In order to ensure that no residues above MRL are present in the edible tissues of aquaculture products, a withdrawal period must be introduced following treatment (i.e., a time delay that must be imposed between cessation of therapy and harvesting). With well-established veterinary medicines this will often be indicated on the label of the product itself. However, in aquaculture products, most research on this topic has been carried out in temperate climates and on temperate species. For example, information regarding withdrawal times in salmonid production may be of little value in establishing appropriate withdrawal times in tropical shrimp culture. Both fish and shrimp are poikilothermic animals (i.e., their body temperature and therefore their metabolic rate is largely determined by water temperature). It is therefore reasonable, as a first hypothesis, to presume that recommendations pertaining to temperate climates are likely to be conservative approximations of appropriate tropical withdrawal periods. However, the difference between marine tropical fish species and the even greater potential metabolic differences between fish and crustaceans mean that such approximations will need to be supported by new experimental data. Thus, better information on uptake, distribution and elimination rates (pharmacokinetics) for the major drug groups is needed. Results from such studies are now beginning to appear (Mohney et al., 1997). Pharmacokinetic studies should also consider the health status of the fish as very different availability and excretion dynamics have been reported by Uno (1996) for oxytetracycline among Vibrio-infected and unaffected ayu (Plecoglossus altivelis).

Concern for the presence of residues is associated with possible effects on consumer health, either in the form of immediate hypersensitivity reactions, such as may occur in people sensitised to J -lactam antibiotics, from possible effects on gut flora from low levels of antibacterials that might select for resistance and from potential toxicological effects. The protection of consumers against the risks of ingesting veterinary medicines is receiving much attention (Corpet, 1992; Yndestad, 1992). Although these risks may be difficult to quantify, it is essential that aquaculture products conform to standards no less protective than those already in place for many other areas of animal production.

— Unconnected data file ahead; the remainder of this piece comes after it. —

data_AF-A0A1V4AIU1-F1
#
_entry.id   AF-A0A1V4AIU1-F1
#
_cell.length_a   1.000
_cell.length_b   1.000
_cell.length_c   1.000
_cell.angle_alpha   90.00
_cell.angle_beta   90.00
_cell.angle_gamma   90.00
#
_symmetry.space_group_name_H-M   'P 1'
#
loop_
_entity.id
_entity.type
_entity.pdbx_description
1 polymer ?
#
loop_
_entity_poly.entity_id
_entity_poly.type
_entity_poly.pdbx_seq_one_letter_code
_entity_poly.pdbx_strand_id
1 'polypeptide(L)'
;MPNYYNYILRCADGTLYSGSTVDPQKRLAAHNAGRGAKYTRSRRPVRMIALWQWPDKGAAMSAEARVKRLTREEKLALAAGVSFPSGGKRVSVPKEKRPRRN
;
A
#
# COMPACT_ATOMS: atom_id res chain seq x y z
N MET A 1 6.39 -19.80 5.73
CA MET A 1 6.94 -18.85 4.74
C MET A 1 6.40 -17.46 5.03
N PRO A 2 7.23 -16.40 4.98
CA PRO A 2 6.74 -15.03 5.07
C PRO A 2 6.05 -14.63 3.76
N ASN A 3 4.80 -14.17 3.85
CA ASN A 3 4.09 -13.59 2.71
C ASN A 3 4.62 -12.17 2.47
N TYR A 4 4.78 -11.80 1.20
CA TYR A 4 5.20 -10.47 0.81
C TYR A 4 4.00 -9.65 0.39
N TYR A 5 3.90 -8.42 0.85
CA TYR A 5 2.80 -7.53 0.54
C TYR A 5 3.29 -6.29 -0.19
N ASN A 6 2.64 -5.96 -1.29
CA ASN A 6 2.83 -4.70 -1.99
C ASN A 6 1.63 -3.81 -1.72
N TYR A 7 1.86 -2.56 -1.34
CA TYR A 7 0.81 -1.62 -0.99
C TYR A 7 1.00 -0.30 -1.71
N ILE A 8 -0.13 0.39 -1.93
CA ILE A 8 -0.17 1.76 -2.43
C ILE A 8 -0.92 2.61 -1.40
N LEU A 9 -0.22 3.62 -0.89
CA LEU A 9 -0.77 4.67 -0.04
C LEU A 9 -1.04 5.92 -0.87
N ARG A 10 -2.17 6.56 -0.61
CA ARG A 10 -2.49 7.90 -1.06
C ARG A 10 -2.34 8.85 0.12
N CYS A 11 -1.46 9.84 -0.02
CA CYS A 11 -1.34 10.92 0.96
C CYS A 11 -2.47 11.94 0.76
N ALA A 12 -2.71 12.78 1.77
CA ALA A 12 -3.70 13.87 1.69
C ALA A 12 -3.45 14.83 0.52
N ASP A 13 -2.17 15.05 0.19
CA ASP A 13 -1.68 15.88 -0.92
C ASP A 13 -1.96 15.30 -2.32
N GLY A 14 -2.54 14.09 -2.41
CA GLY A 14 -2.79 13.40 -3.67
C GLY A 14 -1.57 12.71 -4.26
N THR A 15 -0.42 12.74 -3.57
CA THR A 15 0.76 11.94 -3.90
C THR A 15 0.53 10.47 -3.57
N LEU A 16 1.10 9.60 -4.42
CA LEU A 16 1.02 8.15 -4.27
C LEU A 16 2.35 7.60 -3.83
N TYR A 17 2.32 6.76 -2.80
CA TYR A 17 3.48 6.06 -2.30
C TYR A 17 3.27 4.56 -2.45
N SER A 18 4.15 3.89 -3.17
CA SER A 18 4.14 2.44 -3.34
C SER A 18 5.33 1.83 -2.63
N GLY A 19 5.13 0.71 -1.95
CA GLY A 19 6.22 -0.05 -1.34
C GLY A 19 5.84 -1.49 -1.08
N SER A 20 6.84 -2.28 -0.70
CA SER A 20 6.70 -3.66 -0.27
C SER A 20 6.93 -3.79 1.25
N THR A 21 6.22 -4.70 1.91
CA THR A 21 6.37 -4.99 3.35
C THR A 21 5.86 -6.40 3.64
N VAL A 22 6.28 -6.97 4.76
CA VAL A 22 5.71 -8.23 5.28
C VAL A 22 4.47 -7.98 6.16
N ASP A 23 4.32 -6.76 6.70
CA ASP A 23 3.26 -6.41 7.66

4. PROBLEMS AND SOLUTIONS

4.1 Intensification, fish health management and access to information

Although the majority of aquaculture operations are still based on extensive and semi-intensive farming systems, there is a trend in many regions of the world to intensify aquaculture practices to enhance yields and to improve the efficiency of the production process. In many cases, aquaculturists are learning quickly to use available resources more efficiently, for example through improved management of water resources and water quality, by opting for better quality seed, optimising stocking densities of seed fish, refining feeding techniques or using more appropriate feeds and/or fertilisers. Design and engineering of farming facilities, use of equipment and preparation and the maintenance and operation of farming units are being improved. In addition, more suitable sites are being selected when new operations are being started. Improved usage of chemicals is often contributing to enhanced production efficiency as well as to reduction of wastes and losses.